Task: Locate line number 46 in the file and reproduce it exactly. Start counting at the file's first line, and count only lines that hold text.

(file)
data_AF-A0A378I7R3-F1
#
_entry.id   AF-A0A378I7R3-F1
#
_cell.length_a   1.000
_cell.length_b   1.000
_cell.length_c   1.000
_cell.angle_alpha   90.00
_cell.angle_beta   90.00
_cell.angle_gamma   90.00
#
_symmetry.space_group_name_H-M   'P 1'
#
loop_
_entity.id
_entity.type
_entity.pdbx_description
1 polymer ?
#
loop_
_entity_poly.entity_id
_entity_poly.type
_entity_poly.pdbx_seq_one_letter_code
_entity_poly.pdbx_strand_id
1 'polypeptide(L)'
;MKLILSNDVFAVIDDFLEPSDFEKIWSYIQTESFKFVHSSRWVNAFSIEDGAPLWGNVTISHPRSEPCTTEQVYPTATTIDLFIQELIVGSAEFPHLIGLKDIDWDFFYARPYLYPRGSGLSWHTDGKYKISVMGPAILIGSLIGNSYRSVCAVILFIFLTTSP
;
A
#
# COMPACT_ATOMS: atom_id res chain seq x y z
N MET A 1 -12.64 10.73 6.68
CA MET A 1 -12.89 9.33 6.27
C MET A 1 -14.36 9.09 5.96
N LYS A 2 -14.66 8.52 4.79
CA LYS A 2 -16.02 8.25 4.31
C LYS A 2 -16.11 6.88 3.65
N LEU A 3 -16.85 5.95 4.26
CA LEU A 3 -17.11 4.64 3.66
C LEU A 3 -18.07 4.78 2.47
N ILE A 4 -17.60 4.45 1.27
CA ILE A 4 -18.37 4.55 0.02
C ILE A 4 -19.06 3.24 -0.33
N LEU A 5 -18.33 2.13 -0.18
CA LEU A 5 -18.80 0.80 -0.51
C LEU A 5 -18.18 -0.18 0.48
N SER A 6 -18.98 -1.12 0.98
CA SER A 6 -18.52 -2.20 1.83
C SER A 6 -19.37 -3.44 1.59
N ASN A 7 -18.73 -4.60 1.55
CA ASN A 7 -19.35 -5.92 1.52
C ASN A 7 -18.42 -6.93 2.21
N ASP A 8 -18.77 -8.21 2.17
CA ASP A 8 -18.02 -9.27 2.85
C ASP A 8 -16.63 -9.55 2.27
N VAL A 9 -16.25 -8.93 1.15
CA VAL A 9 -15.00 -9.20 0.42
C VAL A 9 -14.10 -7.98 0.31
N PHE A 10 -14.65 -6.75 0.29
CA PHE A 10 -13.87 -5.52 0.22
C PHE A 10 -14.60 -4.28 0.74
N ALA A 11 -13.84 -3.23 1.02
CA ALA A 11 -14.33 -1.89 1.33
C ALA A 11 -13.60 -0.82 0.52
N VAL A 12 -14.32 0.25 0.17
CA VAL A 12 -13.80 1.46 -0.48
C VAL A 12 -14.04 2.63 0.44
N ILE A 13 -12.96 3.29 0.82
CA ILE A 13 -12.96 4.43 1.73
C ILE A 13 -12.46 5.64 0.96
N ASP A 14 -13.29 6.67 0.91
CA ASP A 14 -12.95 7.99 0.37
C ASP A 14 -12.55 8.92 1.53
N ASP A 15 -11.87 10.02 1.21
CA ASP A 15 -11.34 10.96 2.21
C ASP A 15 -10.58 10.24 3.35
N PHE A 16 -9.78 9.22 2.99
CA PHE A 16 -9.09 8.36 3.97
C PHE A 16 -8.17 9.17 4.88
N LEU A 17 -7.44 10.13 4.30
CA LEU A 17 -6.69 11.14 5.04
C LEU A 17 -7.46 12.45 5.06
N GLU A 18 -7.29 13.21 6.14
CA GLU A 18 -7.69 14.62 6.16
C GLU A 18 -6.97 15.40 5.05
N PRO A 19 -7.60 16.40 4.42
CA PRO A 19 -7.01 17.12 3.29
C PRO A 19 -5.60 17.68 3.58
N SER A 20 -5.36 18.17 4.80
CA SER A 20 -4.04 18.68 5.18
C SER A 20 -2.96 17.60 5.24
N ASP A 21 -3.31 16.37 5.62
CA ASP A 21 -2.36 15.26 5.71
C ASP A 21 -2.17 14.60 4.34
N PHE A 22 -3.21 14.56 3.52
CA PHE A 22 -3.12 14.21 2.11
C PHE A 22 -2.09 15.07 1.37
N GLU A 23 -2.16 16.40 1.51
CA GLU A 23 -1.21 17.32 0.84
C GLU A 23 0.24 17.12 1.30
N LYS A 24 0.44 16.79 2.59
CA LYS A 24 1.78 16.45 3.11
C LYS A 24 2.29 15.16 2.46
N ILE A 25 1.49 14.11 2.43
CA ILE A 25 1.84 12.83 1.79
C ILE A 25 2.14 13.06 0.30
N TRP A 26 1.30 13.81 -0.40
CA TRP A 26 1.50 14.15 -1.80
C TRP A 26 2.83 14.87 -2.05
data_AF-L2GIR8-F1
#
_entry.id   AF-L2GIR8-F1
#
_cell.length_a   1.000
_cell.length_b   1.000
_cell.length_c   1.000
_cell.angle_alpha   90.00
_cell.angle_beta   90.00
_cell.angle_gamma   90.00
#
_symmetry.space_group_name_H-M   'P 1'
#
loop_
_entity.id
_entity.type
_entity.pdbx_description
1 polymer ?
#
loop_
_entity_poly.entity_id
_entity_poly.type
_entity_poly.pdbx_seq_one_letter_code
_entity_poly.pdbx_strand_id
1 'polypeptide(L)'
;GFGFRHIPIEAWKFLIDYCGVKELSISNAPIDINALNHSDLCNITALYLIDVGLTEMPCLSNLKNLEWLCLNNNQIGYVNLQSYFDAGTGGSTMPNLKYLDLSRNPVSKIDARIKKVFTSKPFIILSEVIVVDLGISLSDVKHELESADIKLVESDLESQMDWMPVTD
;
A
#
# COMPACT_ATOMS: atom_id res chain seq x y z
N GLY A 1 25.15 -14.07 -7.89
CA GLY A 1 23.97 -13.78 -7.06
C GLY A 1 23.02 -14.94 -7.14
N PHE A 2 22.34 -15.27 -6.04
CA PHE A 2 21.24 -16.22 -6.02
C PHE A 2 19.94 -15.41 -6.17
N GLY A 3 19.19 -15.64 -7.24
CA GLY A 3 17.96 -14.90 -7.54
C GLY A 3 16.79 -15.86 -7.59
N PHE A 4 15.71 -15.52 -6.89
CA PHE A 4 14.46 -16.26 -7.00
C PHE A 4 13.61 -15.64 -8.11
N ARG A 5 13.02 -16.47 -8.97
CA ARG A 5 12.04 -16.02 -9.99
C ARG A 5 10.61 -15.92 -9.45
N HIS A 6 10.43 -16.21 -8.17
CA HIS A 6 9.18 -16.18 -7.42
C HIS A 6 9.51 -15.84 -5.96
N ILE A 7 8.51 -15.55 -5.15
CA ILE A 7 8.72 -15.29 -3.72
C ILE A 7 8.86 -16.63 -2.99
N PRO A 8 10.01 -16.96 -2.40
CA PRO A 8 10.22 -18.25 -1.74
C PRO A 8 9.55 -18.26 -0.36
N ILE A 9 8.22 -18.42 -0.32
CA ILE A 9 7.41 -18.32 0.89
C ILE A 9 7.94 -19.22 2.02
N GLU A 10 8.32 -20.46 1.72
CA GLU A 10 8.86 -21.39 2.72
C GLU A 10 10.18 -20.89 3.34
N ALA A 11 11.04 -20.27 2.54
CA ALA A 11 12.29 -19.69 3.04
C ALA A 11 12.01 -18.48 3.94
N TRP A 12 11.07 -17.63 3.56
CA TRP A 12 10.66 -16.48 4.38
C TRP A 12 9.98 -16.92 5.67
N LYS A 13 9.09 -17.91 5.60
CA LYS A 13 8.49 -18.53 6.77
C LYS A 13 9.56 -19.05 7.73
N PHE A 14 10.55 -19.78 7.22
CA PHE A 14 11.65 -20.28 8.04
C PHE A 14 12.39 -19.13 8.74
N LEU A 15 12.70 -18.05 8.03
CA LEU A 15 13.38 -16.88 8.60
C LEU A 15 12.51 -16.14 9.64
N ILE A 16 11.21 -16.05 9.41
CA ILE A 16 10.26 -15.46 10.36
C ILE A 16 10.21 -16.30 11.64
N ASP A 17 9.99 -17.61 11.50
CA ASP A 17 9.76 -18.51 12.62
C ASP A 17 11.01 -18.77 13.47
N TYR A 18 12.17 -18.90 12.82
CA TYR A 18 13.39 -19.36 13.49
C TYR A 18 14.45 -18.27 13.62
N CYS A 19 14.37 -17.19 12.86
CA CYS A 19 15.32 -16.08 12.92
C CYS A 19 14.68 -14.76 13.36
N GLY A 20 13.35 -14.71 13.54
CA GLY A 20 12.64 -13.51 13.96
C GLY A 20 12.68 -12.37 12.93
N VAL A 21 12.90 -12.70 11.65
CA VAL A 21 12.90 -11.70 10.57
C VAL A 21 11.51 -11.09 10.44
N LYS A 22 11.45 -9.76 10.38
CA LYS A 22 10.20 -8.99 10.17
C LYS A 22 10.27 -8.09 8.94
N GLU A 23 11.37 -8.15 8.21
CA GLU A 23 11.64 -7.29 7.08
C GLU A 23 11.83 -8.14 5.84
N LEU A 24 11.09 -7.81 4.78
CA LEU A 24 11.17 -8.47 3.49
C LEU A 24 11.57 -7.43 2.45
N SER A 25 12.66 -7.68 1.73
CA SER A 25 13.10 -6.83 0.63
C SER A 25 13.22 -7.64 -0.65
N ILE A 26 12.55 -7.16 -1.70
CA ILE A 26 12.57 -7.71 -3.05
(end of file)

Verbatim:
N SER A 6 -18.98 -1.12 0.98